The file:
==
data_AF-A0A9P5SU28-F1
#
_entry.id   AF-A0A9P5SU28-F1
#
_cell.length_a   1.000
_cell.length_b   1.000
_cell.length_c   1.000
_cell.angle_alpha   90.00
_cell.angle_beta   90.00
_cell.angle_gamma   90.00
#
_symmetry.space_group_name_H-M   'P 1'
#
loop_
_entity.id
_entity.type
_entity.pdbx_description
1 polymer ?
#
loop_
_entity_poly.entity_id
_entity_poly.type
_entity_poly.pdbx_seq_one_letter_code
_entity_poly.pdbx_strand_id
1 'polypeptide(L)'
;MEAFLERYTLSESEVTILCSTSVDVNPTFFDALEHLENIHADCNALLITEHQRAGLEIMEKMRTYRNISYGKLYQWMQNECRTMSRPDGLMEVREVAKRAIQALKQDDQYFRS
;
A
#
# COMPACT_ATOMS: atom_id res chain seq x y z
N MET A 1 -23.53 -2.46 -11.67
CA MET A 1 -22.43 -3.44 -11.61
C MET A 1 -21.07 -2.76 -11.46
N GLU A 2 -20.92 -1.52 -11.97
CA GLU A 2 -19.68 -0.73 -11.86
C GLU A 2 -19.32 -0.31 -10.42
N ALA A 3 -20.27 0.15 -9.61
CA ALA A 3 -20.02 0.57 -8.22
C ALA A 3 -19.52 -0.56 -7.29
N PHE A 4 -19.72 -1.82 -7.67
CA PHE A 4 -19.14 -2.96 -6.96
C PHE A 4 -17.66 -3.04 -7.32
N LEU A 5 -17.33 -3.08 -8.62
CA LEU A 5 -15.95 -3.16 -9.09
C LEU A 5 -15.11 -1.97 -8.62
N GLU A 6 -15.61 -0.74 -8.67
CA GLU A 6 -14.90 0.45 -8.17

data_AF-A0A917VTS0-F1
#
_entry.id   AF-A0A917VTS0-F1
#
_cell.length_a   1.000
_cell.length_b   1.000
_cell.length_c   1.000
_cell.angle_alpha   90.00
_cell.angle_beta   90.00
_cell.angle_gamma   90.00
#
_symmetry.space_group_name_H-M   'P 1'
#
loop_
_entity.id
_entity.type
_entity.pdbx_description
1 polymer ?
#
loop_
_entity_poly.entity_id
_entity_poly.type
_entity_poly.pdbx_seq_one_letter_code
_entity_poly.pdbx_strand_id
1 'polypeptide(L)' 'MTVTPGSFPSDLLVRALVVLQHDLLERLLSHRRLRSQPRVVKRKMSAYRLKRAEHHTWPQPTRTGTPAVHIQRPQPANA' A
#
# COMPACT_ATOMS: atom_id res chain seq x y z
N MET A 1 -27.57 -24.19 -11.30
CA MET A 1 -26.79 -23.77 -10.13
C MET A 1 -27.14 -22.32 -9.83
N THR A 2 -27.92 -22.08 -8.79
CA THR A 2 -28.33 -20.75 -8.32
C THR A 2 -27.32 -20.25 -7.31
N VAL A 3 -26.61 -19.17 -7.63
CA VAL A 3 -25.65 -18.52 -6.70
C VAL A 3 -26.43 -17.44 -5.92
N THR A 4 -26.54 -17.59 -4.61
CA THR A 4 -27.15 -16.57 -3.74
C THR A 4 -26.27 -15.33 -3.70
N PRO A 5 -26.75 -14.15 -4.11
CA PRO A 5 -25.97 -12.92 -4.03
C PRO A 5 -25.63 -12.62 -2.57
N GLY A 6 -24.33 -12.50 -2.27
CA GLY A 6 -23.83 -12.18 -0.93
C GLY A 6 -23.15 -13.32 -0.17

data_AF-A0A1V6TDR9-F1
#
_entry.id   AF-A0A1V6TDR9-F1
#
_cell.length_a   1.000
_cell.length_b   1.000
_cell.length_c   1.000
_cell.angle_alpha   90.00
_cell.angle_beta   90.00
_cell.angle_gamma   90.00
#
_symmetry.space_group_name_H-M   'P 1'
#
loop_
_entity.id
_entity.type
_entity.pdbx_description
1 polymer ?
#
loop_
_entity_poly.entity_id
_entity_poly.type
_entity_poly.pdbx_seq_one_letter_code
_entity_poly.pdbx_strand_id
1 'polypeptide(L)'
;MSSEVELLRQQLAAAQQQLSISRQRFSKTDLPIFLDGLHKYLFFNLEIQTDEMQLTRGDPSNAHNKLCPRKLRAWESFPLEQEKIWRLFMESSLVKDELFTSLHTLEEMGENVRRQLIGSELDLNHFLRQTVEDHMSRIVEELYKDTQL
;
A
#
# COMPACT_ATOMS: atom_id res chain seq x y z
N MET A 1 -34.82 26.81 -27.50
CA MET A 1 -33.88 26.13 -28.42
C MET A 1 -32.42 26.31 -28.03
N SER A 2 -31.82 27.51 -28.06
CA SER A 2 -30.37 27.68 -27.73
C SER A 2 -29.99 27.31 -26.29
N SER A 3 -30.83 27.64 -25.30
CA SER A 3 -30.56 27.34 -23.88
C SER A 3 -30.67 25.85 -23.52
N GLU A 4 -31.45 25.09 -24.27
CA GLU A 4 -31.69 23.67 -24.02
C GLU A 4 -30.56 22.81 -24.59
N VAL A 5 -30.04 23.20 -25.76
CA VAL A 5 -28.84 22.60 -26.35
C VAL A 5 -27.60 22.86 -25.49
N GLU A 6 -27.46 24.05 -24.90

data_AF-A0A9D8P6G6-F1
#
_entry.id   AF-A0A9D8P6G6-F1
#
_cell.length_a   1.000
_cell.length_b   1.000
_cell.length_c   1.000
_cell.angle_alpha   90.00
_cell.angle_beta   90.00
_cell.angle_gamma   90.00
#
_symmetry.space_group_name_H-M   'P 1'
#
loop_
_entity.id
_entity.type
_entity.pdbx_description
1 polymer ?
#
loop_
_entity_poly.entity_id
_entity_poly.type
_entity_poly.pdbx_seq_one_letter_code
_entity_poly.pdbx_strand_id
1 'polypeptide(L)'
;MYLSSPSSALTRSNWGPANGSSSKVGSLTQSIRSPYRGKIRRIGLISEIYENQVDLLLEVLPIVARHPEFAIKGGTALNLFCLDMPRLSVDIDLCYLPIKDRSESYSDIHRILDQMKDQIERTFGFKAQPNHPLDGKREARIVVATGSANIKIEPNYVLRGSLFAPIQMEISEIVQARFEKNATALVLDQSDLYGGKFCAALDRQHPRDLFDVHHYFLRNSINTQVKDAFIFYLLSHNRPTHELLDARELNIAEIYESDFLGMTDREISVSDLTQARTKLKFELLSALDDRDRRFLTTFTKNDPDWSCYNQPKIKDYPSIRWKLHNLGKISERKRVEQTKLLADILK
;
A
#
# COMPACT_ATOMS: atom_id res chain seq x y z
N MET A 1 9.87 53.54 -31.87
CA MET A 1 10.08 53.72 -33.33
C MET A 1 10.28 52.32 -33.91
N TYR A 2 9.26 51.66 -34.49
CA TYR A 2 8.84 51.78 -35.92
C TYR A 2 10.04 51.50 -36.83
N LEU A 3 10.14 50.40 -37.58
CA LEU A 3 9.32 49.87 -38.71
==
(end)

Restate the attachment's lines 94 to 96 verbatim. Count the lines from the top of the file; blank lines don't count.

#
_entry.id   AF-A0A1V6TDR9-F1
#